An updated version of the National Nanotechnology Initiative’s (NNI) Strategic Plan was released last month. NNI’s first Strategic Plan was published in December 2004; The 21st Century Nanotechnology Research and Development Act requires the plan to be updated every three years. The new version just made it in under the wire.
As our readers may be aware, NNI receives input on nanotechnology issues from twenty-five federal agencies, thirteen of which have their own nano-specific budgets. NNI, on the otherhand, does not have its own budget, but rather "influences" federal spending through its member agencies. One of the four primary goals highlighted in the Strategic Plan is to "support [the] responsible development of nanotechnology," which NNI breaks down into two sub-components: (i) environmental, health and safety (EHS) research; and (ii) research regarding ethical, legal, and societal implications (ESLI). A short summary of the key EHS points found in the Strategic Plan follows after the break.
Regarding EHS research, NNI’s strategy focuses on planning and coordinating federal research activities, leveraging research through cross-agency collaboration, and periodically reviewing federal research needs. NNI’s main goal in this area is to identify research needs and "pursue paths" to meet those needs. To this end, NNI has already assessed nano-related EHS research needs and published a prioritization document to which the Strategic Plan refers in passing. The Strategic Plan, however, could benefit from explaining the actual findings of the prioritization document and at least commenting on the widespread criticism that document has drawn. Addressing critics is left for another day, as NNI indicates that a "document that describes the NNI strategy for addressing the identified priorities for nanotechnology-related EHS research is in preparation." This new document is highly anticipated. No matter what it says, it is likely to face criticism. NNI should take its time and make sure the document is as thorough as possible.
Beyond identifying EHS research needs, the Strategic Plan provides several examples of recent successful federal collaboration on nanotechnology issues: (i) the joint program by EPA, DOE and NSF started in 2005 to research environmental fate, transport, transformation, and bioavailability of nanoscale materials; (ii) the joint program by NIEHS (NIH), EPA and NIOSH initiated in 2007 to research systemic, cellular, and molecular responses to engineered nanoscale materials; and (iii) the recent joint solicitation by NSF and EPA for proposals to create a Center for Environmental Implications of Nanotechnology. On this last issue, the Strategic Plan should have explained the scope and funding involved in creating the proposed Center ($25 million over five years), which is no small commitment.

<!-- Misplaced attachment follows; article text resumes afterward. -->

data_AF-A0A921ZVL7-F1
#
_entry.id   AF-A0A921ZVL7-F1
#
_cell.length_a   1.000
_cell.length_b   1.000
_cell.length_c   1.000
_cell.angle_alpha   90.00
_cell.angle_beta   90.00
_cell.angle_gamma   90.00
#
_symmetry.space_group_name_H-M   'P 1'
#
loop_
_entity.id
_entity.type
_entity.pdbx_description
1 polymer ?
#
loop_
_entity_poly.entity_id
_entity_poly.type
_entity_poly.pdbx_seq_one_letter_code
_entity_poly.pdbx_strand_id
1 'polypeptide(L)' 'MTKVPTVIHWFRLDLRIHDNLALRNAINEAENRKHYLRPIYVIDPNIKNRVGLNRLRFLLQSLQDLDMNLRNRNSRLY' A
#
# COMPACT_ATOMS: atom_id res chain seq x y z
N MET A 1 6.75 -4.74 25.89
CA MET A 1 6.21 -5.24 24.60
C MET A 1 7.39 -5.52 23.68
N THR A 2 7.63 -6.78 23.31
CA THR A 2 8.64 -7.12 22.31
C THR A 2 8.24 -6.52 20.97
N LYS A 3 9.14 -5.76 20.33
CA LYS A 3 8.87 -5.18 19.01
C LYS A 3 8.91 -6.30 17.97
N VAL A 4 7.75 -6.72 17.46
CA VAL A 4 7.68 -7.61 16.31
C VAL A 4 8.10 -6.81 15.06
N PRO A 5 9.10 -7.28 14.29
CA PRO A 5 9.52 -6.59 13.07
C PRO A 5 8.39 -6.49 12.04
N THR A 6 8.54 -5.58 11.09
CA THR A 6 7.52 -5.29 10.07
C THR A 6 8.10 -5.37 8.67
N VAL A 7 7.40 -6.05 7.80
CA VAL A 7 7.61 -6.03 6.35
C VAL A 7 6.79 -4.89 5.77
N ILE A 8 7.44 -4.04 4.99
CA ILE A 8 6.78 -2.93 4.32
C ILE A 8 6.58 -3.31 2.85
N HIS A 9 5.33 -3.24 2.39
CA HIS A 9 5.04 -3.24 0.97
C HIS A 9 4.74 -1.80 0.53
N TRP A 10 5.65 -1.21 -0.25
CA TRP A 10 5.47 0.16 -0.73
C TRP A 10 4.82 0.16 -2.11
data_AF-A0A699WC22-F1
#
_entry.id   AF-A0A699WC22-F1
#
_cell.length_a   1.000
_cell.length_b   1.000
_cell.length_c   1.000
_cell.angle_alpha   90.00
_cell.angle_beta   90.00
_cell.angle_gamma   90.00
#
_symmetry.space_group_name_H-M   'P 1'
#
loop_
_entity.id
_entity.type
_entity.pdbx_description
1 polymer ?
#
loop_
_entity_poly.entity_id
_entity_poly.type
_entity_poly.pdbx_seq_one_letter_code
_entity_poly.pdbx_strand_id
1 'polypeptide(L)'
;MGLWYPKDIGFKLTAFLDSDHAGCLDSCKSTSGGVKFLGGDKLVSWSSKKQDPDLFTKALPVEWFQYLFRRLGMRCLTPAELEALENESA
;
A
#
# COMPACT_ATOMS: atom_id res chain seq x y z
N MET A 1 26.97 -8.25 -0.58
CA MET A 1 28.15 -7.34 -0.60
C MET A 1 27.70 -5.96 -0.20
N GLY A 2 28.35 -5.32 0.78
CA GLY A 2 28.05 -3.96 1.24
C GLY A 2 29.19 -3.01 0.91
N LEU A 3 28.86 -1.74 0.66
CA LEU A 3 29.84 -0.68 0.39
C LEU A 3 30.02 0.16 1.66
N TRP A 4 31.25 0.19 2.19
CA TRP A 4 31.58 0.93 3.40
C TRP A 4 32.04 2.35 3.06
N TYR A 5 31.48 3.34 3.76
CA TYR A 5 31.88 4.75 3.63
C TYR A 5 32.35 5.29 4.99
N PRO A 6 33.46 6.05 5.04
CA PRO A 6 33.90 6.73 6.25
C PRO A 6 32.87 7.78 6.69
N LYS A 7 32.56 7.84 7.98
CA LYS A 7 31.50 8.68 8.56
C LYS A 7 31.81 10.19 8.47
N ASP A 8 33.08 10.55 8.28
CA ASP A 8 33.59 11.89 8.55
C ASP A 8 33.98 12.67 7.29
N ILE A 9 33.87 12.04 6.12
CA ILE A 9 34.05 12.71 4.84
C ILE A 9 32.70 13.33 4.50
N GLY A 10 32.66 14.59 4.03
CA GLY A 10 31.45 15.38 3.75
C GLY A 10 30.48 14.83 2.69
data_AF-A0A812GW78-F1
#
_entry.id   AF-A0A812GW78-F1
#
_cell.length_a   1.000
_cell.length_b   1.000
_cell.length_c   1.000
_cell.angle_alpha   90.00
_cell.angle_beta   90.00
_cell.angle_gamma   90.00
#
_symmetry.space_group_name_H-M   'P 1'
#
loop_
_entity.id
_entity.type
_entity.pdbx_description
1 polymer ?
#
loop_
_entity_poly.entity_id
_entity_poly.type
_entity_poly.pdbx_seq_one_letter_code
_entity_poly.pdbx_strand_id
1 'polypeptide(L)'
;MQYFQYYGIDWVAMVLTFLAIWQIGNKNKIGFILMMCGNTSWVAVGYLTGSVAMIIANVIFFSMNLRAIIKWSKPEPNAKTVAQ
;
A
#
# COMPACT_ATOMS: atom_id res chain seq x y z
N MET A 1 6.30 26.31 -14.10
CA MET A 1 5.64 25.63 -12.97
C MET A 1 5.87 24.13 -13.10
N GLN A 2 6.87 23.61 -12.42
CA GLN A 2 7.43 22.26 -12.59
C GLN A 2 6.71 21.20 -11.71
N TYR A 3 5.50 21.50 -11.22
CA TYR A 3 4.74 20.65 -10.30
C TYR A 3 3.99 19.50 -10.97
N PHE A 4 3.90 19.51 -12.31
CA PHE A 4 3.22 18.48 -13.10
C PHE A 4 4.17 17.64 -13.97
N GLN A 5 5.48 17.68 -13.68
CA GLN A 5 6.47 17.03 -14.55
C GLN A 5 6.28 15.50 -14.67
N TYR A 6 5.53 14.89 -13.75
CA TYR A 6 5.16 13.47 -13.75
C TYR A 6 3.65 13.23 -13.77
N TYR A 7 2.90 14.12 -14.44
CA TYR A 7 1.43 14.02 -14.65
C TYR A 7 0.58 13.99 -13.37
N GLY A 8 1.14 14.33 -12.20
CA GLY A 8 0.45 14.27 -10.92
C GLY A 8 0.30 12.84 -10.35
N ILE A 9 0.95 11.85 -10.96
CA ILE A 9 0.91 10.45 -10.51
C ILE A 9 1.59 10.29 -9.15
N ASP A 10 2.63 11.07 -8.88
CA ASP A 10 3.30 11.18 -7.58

The Strategic Plan further addresses difficulties presented by measuring and monitoring potential workplace exposure to nanoscale materials. NNI explains existing techniques are not well developed, are not readily available, cannot be used for all nanoscale materials, do not cover all necessary material parameters, and are expensive and time consuming. While the Strategic Plan identifies the need to solve this problem, it does not provide any potential answers, cost estimates, or developmental timelines in this regard.
Regarding nanotoxicology issues, the Strategic Plan explains some of the difficulties in predicting the biocompatibility and/or toxicity of various nanoscale materials in humans and the environment. These issues have been well-developed in other federal documents. NNI explains the need to develop predictive models for nanotoxicology testing purposes and standardized nanoscale materials to ensure consistent EHS testing results.
Unlike the original 2004 Strategic Plan, the 2007 version separately addresses ethical, legal, and societal implications because of recent increased public attention given to the issue. Federal efforts in this area primarily consist of funding two NSF ELSI research centers. The Strategic Plan, however, does little to describe those actual programs. Finally, NNI stresses the importance of its website — www.nano.gov — in public communications efforts related to ELSI issues.